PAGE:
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Scotland v Tonga: Rugby World Cup 2023, Match Preview pt II – head to heads

Scotland vs Tonga
Scotland vs Tonga - graphic © Scottish Rugby Blog

Scotland

2023 Rugby World CupSun 24th Sep 2023Stade de Nice, NiceKick-off: 4:45 pm (UK)45-17
Tonga

Tonga

Referee: Karl Dickson (RFU)| TV: ITV1/STV

8 of the Scottish 23 played when these sides last met in November 2021.

  • Kyle Steyn bagged a quartet of tries
  • Sione Tuipulotu and Pierre Schoeman made their Test debuts
  • Jamie Ritchie was skipper for the very first time (alongside co-captain, Ali Price)
  • George Turner and Zander Fagerson filled the same number 2 and 3 jerseys
  • Two of the replacements on Sunday, Matt Fagerson and Darcy Graham, both started the Autumn Nations Series fixture

Unsurprisingly, there are very few returnees from a Tongan side that had a bit of a cobbled together feel post-Covid. Lock Leva Fifita and back row Tanginoa Halaifonua also started in that 60-14 defeat at Murrayfield, while veteran half back Sonatane Takulua (whose history with the Scots stretches back to a game at Rugby Park in 2014) will be on the bench this time round.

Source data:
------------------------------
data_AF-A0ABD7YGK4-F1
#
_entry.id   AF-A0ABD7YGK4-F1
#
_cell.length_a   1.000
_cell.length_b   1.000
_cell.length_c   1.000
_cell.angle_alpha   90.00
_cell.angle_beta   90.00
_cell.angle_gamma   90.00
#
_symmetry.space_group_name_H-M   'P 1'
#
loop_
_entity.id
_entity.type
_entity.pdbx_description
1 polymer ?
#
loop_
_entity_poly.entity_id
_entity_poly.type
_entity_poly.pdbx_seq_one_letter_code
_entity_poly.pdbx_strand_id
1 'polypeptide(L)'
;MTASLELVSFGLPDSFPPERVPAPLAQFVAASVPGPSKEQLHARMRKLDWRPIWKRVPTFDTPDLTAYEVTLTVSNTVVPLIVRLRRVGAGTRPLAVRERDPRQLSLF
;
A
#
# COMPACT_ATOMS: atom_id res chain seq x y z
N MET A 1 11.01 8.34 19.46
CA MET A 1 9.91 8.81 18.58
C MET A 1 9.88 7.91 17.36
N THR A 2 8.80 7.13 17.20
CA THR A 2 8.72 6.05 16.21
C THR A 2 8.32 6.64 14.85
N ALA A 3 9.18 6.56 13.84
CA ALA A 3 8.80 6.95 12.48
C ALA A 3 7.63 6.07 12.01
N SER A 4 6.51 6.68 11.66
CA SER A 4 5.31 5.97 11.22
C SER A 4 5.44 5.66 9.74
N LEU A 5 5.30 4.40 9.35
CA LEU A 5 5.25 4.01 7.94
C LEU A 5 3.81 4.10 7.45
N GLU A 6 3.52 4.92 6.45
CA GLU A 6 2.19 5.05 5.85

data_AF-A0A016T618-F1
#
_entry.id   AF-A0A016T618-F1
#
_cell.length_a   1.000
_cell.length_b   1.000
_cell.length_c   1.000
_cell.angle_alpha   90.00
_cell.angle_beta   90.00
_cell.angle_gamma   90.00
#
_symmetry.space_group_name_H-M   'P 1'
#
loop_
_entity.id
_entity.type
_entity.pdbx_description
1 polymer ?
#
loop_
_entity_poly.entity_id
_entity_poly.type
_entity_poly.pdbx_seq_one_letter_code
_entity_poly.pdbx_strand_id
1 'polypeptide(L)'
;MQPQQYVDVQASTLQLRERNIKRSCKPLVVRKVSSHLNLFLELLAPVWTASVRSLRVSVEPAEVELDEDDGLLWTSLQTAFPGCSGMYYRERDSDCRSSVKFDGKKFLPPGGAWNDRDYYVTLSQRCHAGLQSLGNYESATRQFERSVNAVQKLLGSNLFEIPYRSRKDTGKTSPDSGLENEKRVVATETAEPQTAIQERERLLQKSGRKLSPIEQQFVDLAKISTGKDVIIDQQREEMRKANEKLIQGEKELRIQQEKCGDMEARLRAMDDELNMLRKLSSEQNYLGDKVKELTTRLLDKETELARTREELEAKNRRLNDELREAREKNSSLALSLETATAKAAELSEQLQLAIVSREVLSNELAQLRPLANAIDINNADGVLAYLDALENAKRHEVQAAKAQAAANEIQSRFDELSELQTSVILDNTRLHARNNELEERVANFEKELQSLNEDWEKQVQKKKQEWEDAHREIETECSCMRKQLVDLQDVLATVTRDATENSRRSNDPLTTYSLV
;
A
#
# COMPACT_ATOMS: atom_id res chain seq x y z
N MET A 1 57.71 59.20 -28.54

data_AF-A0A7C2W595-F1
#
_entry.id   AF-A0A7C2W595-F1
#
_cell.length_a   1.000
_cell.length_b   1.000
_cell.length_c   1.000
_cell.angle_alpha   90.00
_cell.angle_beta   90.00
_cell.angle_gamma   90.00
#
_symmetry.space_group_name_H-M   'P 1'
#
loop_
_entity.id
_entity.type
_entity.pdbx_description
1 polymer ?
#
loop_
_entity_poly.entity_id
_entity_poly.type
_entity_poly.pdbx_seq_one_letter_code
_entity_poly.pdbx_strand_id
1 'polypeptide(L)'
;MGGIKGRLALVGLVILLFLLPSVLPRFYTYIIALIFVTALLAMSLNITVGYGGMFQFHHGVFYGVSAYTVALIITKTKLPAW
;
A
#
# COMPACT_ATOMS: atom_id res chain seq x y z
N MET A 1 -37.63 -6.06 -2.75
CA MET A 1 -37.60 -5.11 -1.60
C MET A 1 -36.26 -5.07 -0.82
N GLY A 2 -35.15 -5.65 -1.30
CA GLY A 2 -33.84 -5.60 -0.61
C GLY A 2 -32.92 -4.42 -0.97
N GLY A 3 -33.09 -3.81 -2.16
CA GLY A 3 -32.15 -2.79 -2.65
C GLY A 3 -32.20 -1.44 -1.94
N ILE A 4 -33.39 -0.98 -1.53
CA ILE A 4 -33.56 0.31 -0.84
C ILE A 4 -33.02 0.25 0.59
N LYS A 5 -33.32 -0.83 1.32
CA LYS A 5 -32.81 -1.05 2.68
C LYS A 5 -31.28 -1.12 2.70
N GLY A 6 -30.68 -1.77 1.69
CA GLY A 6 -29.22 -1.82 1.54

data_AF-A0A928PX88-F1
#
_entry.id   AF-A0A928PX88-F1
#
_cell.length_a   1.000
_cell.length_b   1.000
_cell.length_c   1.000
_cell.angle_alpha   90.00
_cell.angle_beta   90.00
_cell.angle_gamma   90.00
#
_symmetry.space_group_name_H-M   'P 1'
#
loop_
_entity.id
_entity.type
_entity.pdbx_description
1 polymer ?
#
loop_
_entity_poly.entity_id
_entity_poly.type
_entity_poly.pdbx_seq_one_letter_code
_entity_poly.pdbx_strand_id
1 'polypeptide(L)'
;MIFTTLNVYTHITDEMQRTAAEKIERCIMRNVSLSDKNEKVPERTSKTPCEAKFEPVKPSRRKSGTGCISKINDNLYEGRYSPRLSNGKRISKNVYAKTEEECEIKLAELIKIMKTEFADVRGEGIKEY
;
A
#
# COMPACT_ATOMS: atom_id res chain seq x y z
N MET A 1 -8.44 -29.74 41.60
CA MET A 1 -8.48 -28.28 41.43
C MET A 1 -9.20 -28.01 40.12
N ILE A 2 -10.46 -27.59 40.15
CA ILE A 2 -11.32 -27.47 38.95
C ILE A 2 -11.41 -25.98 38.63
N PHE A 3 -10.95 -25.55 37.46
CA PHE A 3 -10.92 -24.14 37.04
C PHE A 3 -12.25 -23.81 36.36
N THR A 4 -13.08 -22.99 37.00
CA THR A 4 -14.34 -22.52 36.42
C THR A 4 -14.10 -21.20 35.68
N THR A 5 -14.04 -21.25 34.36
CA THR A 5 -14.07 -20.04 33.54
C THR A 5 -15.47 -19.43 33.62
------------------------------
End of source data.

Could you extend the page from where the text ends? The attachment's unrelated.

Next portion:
In fact, in the ʻIkale Tahi’s lineup for Sunday, there are more players who have played against (and beaten) Scotland for other nations than that trio who have previously featured against the dark blues in Tongan colours.

  • In November 2014, a New Zealand side that included Malakai Fekitoa and Salesi Piutau in the starting lineup, as well as Augustine Pulu on the bench, defeated Scotland 24-16 at Murrayfield.
  • Vaea Fifita was also part of a winning All Blacks lineup, this time in 2017 when he started at blindside flanker up against a Scottish back row of John Barclay, Hamish Watson and Cornell du Preez.
  • Adam Coleman played twice for Australia against the Scots, winning at Murrayfield in 2016 but losing in Sydney in 2017.

4 changes to Scotland’s starting XV from last Test (v South Africa)

  • 14 – Steyn for Graham [=]
  • 13 – Harris for Jones [-]
  • 1 – Sutherland for Schoeman [-]
  • 5 – Cummings for Gilchrist [=]

No changes to Tonga’s starting XV from last Test (v Ireland)


BACK 3 – ADVANTAGE SCOTLAND

Blair Kinghorn
Kyle Steyn*
Duhan van der Merwe